Monday, June 16, 2014

Teaching Notes

This past weekend my peer held a small workshop day at her home so I could practice teaching a few friends about making glass beads.  Below are some thoughts from the day about what I learned about teaching, or what worked well.

  • I used a teaching technique I learned last Pennsic to good effect to help someone get better at pulling stringers. The idea is to teach a student to pull stringer by having them apply heat to the middle of a full glass rod. Have the student push in slightly on both ends to form a small glass ball, and then have them remove the stringer from the heat, count to three and pull. This method works better than the commonly taught method of using pliers in one hand. It can be hard to get a grip on the glass with pliers, adding an unnecessary complication to learning a new task. I also think that having the same thing (a glass rod) in both hands feels more even, and thus and helps people to pull more evenly and comfortably.
  • When trying to apply stringer students tend to, without instruction, stick the stringer directly in the heat (likely b/c that is what they do with the glass rod). As a result its imp. to demonstrate how just the side of the flame can melt the stringer enough to apply w/o it getting too molten. Also, stringer from transparent glass may be easier for people to learn with, because it is firmer than opaque glass.
  • When teaching people, I also try to have them hold the glass in there hand like a pencil, and to turn the glass perpendicular to the torch once it is heated and apply the glass that way. I learned this from a mundane glass book. One of the people I was teaching made an interesting comment about this method, when I asked her how this change felt. She said that it felt more like she was applying the glass, and less like the glass was applying itself to the rod!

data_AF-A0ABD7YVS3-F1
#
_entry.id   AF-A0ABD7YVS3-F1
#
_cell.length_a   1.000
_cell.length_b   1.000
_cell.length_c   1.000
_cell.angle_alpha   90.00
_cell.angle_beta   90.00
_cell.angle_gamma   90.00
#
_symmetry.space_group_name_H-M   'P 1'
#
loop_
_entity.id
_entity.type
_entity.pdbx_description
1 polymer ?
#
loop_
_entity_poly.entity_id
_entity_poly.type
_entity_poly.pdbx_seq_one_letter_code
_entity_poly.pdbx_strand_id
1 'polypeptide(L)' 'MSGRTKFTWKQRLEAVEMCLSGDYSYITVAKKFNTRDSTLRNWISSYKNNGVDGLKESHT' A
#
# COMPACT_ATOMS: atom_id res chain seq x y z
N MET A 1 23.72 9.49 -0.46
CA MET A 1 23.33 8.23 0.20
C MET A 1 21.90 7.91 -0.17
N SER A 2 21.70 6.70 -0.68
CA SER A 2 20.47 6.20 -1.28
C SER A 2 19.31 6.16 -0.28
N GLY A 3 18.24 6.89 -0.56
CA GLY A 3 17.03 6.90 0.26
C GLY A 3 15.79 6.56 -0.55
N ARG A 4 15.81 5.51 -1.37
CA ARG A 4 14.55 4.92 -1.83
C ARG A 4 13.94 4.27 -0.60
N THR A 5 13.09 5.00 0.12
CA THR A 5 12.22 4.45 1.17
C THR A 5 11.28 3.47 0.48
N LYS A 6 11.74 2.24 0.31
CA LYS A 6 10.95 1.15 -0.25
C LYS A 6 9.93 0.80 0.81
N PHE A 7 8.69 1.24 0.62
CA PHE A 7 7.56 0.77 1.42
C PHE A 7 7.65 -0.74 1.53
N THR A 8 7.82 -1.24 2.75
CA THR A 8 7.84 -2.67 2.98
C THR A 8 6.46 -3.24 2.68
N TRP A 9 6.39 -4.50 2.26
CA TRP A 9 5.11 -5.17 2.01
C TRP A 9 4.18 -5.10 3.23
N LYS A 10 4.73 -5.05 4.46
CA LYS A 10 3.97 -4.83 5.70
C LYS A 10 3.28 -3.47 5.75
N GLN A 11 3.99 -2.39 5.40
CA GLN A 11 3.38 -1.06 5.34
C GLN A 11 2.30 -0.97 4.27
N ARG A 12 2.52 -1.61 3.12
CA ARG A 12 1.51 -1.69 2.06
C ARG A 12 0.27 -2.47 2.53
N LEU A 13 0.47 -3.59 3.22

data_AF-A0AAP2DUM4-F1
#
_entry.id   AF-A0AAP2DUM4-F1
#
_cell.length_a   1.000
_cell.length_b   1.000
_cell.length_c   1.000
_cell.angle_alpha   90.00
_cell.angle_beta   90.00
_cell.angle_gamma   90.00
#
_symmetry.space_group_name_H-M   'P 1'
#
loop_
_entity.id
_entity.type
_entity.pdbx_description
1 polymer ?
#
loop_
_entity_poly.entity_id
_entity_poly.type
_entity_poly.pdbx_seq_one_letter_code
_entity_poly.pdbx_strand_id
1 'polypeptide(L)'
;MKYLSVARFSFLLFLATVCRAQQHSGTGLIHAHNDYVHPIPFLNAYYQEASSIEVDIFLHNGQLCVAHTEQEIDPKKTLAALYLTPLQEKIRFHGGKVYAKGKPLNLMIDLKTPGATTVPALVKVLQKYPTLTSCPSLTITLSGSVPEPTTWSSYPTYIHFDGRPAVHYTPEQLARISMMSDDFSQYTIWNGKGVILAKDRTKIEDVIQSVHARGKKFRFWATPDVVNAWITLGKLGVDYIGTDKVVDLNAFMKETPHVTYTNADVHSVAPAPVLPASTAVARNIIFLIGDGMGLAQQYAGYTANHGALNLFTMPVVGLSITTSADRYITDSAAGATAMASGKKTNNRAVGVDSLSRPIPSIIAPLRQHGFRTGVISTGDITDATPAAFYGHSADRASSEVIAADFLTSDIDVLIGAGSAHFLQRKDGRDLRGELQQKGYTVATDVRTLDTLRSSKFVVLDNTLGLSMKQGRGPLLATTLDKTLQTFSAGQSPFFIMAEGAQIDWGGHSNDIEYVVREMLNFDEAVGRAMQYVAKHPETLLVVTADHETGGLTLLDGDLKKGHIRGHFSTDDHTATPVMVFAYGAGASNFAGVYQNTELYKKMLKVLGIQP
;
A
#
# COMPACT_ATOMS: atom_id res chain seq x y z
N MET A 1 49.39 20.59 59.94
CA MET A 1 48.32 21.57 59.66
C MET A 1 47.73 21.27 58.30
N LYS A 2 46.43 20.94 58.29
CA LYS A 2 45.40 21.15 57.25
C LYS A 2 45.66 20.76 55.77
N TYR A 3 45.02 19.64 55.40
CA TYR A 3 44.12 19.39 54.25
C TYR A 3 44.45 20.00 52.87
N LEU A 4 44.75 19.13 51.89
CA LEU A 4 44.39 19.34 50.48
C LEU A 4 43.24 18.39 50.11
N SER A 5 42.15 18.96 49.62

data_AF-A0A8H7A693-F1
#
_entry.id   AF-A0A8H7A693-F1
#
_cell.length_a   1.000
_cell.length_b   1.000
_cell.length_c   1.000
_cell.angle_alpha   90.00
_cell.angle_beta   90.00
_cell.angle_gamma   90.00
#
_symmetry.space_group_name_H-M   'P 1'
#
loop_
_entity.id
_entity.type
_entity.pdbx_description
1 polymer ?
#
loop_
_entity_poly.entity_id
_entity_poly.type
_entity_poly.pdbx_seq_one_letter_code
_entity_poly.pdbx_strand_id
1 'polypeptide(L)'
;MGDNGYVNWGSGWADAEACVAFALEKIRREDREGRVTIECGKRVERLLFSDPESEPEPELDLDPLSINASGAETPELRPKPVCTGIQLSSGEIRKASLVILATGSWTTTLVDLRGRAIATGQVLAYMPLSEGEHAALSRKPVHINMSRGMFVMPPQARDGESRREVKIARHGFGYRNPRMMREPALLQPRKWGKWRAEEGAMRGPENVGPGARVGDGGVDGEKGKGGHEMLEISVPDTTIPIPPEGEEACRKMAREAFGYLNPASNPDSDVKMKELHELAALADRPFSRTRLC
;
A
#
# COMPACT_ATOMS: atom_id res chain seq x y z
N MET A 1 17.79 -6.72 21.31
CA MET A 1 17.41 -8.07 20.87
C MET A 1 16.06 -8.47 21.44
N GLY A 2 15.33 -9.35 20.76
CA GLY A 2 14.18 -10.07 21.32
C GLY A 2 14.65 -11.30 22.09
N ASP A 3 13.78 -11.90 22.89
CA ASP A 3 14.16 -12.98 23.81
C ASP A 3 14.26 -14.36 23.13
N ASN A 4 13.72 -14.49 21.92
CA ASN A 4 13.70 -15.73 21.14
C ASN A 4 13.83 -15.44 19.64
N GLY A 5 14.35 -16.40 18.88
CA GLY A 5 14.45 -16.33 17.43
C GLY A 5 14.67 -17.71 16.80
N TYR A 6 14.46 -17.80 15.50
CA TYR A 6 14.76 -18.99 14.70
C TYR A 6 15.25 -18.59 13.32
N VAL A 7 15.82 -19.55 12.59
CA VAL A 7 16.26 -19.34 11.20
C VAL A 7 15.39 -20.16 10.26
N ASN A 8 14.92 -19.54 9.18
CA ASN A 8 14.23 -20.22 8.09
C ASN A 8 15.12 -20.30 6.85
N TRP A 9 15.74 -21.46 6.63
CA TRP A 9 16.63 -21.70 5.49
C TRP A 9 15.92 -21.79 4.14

• Also, another interesting lesson learned. When working with someone who is ambidextrous, have them hold the glass I the hand they write with. Because of the pencil like grip  I have students use, this position felt less natural to the person learning when they used the hand they did not write will. This actually made it much harder for her. Once we switched hands, things worked much better.
  • Good materials are so very important to the enjoyment of glass bead making. Bad bead release, or glass rods that shatter a lot (Devardi Glass!) can be a problem. We had both of these issues this past weekend. When teaching, I should continue to look for these problems and if needed substitute my materials for the materials the students are using (if they have their own kit) so that learning can occur in the best possible way.